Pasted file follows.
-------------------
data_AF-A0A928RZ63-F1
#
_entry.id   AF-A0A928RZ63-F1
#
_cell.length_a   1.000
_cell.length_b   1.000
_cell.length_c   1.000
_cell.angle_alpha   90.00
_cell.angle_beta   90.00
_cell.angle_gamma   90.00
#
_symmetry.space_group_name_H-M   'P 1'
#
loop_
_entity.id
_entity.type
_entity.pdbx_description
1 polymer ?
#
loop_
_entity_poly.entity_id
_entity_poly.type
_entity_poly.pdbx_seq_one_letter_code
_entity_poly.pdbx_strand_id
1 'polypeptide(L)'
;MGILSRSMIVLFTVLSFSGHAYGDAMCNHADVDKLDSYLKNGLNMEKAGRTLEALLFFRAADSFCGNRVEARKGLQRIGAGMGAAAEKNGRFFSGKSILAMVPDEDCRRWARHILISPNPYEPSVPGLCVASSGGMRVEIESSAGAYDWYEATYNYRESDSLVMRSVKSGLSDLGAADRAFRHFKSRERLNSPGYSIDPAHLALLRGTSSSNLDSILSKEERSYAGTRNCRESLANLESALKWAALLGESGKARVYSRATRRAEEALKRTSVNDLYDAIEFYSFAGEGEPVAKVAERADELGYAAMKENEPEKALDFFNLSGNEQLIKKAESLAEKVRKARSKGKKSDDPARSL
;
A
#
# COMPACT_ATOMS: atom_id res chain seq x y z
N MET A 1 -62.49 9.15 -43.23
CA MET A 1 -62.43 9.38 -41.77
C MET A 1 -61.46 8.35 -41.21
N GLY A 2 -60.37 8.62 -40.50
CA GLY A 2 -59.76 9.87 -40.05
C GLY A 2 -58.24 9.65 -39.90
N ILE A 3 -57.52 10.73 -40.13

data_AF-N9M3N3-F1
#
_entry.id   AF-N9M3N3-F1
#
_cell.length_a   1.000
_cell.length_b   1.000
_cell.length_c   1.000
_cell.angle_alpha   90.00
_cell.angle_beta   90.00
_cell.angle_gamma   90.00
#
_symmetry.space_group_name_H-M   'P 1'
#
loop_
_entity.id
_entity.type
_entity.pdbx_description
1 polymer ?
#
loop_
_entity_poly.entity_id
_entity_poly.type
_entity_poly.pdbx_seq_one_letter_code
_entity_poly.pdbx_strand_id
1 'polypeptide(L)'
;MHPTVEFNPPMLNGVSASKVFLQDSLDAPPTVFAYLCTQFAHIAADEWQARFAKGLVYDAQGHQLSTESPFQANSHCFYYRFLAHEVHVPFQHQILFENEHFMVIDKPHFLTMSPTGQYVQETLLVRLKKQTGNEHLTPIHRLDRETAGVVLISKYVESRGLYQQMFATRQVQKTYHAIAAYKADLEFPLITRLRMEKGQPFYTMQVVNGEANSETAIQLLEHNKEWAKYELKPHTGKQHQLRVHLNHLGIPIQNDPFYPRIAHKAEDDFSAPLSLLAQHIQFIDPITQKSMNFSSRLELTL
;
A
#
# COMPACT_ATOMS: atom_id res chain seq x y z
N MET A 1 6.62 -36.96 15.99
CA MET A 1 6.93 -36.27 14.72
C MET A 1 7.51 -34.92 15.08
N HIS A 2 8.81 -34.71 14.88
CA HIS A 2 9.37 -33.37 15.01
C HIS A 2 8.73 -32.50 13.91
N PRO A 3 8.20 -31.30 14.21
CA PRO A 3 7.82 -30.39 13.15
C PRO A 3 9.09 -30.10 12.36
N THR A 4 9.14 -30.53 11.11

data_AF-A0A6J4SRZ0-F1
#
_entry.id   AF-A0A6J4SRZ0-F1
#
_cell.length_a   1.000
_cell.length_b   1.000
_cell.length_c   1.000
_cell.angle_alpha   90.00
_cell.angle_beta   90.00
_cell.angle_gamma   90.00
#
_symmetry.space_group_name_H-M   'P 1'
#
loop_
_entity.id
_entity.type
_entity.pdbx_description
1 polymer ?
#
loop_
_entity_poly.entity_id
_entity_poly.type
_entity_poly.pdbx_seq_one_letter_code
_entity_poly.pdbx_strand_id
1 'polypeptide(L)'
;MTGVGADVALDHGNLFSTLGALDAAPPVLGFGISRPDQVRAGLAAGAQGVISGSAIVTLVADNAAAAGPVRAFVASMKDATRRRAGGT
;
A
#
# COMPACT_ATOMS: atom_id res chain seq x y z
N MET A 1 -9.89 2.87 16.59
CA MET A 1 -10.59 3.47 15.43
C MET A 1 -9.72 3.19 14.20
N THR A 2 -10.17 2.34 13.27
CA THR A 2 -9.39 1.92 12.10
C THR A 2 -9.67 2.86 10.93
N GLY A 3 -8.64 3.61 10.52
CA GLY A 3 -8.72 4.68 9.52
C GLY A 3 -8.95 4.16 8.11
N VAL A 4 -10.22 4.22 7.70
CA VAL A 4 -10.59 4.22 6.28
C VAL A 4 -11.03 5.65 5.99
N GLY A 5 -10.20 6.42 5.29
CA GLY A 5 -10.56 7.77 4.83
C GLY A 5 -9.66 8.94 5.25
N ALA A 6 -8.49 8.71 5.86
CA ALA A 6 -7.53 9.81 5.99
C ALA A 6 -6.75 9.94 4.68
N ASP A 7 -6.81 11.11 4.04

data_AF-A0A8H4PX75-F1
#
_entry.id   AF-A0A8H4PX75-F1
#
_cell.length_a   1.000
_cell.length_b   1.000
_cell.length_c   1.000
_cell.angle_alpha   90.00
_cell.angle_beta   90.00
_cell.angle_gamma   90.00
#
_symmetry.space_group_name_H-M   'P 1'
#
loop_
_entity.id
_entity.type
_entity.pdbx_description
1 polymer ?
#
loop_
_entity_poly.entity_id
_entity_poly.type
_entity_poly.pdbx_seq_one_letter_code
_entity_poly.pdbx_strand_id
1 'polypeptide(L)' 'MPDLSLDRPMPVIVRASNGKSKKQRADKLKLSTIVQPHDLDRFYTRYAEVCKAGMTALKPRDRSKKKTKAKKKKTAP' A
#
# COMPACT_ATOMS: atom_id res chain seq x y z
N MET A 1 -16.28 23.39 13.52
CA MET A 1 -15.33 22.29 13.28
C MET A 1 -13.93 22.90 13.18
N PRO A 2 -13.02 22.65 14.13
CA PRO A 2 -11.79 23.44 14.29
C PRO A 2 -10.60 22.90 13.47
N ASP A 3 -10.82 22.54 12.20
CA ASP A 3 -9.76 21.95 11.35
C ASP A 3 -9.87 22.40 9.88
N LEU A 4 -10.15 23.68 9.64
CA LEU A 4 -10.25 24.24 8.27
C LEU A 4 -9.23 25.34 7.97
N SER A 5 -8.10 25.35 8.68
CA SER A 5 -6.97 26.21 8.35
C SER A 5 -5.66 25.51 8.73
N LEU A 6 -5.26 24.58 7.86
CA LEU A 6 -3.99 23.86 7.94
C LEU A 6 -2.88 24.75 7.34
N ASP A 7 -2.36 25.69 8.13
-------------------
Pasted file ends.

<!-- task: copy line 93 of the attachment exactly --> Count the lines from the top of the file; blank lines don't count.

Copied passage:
_entity.type